A sprayer applying herbicide on a hot, dry day in the Florida Panhandle.  Credit: Pratap Devkota, UF/IFAS

For the past several weeks, the Florida Panhandle has experienced hot and dry weather conditions. Unfortunately, these environmental conditions coincided with most of the pre-emergence (PRE) and early post-emergence (EPOST) herbicide applications. So, what could happen to your herbicide activity during these situations? The general understanding is that herbicides do not perform at their best if the environment is not favorable for plant growth. Considering this, due to the hot and dry conditions, you may not get optimal weed control from the PRE and POST applications you made this season.

For PRE herbicides to work well they need to be incorporated or activated by rainfall or irrigation into the effective soil zone, so that emerging weed seedlings can absorb the herbicide. Without timely rainfall it is likely that PRE herbicides will remain on the soil surface and have limited activity on emerging weeds. Another issue during dry and hot conditions, PRE herbicides remain on the soil surface and are likely to get degraded by sunlight. Some PRE herbicide products are more photo degradable and prone to volatility loss (Prowl, Sonalan, Treflan etc.) than others (Valor, Strongarm, Staple, Reflex, Sencor, Aatrex, Direx etc.). However, when properly incorporated into the soil volatile herbicides (Prowl, Sonalan, Treflan etc.) are actually better off during drought conditions, because they do not vaporize as much in dry soil as in wet soil. The amount of time from when PRE herbicides are applied to when they start to break down on the soil surface varies by herbicide chemistry. In general, proper incorporation or activation is needed within few days after volatile herbicide application, and within 1 to 2 weeks after non-volatile PRE herbicide application.

Hot and dry weather conditions can critically influence activity of POST herbicides as well. Weeds which have emerged early in the season, or species that are more drought tolerant will show reduced response to POST applications. Weeds growing in the hot and dry conditions are stressed (like crops), produce more wax in the cuticle, slow down the rate of biosynthetic processes (fatty acid, amino acid, protein, photosynthesis, cell division, and meristematic tissue growth) required for herbicide activity, and become tougher than weeds growing in favorable temperature with good soil moisture. The weeds with increased waxy cuticles on the leaf absorb less of the applied herbicides. Likewise, reduced transpiration rate and biochemical processes in the weeds slowdown herbicide translocation and action into the target-site.

Sicklepod in a peanut field. Sicklepod has more perpendicular leaf droop in the afternoon than in the morning. Credit: Pratap Devkota, UF/IFAS

POST herbicide activity could be influenced by the alteration in leaf architecture exhibited by plants during hot and dry conditions. Leaves fold and droop perpendicular to ground during hot and dry conditions, which compromises herbicide coverage. Likewise, the evaporation rate for spray droplets are higher during hot and dry conditions. This leads to faster drying of spray droplets resulting into reduced herbicide absorption. The herbicide products with systemic activity are more prone to compromise weed control efficacy during hot and dry conditions than contact type products. The products containing glyphosate (Roundup etc.); dicamba (Clarity, Banvel, Xtendimax, Engenia, Fexapan etc.); 2,4-D (2,4-D Amine, 2,4-D LV4, Enlist Duo etc.); 2,4-DB (Butyrac, 2,4-DB etc.); ALS herbicides: imazapic (Cadre), imazethapyr (Pursuit); and grass herbicides: Clethodim, SelectMax, Poast, Fusilade, Assure etc. are some examples of systemic herbicides. For most POST herbicides, the optimal performance is achieved while weeds are growing at air temperature range from 70° to 85°F with ample soil moisture.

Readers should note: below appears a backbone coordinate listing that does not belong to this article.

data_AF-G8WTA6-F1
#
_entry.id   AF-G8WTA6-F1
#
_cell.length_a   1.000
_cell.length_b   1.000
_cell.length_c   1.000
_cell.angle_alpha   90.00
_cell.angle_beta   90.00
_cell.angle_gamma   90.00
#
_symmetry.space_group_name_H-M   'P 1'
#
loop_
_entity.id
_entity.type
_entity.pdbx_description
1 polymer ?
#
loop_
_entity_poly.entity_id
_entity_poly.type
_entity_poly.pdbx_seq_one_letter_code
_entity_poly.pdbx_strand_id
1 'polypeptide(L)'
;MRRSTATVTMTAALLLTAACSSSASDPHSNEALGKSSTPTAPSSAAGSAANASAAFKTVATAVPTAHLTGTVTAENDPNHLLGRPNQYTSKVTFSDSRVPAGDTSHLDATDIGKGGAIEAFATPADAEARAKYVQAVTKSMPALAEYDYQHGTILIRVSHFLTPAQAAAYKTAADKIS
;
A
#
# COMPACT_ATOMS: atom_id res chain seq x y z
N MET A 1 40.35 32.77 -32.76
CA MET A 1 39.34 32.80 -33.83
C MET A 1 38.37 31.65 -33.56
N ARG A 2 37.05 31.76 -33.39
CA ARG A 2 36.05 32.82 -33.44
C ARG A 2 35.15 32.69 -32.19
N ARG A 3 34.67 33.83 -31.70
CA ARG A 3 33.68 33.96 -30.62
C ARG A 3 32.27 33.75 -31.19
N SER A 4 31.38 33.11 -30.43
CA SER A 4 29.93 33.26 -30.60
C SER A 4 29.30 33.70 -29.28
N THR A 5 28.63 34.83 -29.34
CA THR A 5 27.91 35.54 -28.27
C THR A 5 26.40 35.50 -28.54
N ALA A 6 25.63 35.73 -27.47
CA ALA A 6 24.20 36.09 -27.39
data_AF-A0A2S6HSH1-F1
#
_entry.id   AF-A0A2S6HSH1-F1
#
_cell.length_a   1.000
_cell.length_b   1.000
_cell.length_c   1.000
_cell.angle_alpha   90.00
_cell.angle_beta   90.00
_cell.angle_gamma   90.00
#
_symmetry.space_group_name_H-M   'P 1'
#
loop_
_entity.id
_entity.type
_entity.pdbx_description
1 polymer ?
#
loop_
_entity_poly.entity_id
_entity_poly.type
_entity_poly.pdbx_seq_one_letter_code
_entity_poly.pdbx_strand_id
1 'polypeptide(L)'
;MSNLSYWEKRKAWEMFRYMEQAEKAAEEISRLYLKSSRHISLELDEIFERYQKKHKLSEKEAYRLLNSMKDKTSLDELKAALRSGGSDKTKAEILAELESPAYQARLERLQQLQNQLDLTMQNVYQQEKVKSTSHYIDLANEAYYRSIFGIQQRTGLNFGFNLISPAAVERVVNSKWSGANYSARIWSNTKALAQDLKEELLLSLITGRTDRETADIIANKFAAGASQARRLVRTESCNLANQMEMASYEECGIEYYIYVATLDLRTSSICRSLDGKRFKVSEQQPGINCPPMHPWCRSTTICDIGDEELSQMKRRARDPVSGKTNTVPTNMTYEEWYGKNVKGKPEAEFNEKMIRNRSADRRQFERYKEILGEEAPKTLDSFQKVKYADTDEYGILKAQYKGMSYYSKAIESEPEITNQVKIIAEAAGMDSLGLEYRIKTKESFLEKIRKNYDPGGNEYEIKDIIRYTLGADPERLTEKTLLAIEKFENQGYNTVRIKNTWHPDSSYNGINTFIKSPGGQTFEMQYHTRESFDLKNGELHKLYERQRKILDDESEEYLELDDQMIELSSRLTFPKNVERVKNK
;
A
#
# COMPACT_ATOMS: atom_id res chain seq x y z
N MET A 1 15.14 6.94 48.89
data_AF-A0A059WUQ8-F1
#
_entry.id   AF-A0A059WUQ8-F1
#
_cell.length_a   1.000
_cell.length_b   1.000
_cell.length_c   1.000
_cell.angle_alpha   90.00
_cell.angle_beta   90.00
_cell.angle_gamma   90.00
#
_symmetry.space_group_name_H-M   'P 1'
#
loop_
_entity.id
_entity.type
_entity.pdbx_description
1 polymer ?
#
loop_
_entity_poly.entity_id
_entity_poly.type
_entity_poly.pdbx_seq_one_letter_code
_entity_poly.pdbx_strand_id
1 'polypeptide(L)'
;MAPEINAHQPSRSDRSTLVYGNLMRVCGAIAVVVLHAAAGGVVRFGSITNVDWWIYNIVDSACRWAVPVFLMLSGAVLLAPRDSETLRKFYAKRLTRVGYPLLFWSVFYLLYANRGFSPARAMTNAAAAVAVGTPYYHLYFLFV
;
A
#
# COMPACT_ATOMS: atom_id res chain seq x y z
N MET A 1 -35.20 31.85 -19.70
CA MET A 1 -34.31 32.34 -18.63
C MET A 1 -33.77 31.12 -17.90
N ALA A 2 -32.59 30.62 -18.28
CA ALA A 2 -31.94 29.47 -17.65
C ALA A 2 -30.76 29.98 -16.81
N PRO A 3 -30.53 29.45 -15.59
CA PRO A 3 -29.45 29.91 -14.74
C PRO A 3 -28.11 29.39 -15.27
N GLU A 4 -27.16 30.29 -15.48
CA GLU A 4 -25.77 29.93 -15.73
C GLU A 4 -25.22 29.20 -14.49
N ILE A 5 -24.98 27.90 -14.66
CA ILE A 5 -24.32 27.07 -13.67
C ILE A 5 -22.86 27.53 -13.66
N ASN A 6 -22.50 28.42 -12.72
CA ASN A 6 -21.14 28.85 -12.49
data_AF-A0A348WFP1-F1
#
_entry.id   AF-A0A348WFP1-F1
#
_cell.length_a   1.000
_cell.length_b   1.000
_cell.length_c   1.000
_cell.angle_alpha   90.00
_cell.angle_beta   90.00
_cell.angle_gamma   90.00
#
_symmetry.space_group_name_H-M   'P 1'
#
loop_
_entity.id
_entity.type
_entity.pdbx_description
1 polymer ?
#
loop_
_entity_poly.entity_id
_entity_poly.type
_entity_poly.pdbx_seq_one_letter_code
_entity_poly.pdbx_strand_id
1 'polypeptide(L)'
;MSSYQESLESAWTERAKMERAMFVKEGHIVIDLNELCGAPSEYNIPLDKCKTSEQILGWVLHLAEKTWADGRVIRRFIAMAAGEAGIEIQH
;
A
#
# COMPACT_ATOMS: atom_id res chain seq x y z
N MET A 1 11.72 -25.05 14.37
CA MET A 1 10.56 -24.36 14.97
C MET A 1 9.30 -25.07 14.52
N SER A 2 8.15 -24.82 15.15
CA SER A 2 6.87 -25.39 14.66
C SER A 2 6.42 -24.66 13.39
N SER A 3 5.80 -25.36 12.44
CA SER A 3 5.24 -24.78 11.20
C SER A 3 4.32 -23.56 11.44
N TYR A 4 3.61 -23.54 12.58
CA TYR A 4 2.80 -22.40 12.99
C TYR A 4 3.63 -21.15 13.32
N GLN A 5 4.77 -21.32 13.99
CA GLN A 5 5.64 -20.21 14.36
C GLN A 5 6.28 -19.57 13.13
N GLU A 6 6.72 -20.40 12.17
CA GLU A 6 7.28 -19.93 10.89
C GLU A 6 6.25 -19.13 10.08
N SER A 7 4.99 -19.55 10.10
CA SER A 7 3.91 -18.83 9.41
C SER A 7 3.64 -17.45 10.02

Considerations to help mitigate drought effects on herbicide performance:

  • Applying appropriate adjuvants and surfactants is even more critical during hot and dry conditions. Adjuvants and surfactants facilitate herbicide absorption by enhancing spray droplet retention on the leaf surface, dissolving wax cuticles, and holding spray droplets on the leaf for longer duration by lowering evaporation rate. It is essential to follow the herbicide product label and select the proper adjuvants and surfactants.
  • Increasing the herbicide product application rate. It is worthwhile to apply herbicide at the higher end of the product labeled range, than applying at the lower end. This increases the opportunity to get the adequate amount of herbicide absorbed through the leaves of the weeds.
  • Increasing spray volume (GPA) to ensure optimal leaf coverage is also important consideration during hot and dry conditions.
  • Depending upon the product, spraying herbicide with nozzles which produces coarse or extra coarse droplets. Fine or medium droplet dry faster than the coarse or extra coarse droplets.
  • Spraying herbicide earlier in the day when there is more humidity. Higher humidity reduces the spray droplet drying rate as compared to hottest time of the afternoon with the lowest humidity.
  • Spray application during morning hours is also better than in the afternoon, because plants are more hydrated and leaf blades are more open and erect in the morning hours than in the mid-day or later afternoon.
  • As much possible, wait to apply POST herbicide applications until after rainfall following extended drought conditions. This allows weeds to maintain their regular physiological processes which will enhance herbicide activity.

Pratap Devkota

Assistant Professor - Weed Scientist at UF/IFAS WFREC, Jay
Pratap Devkota

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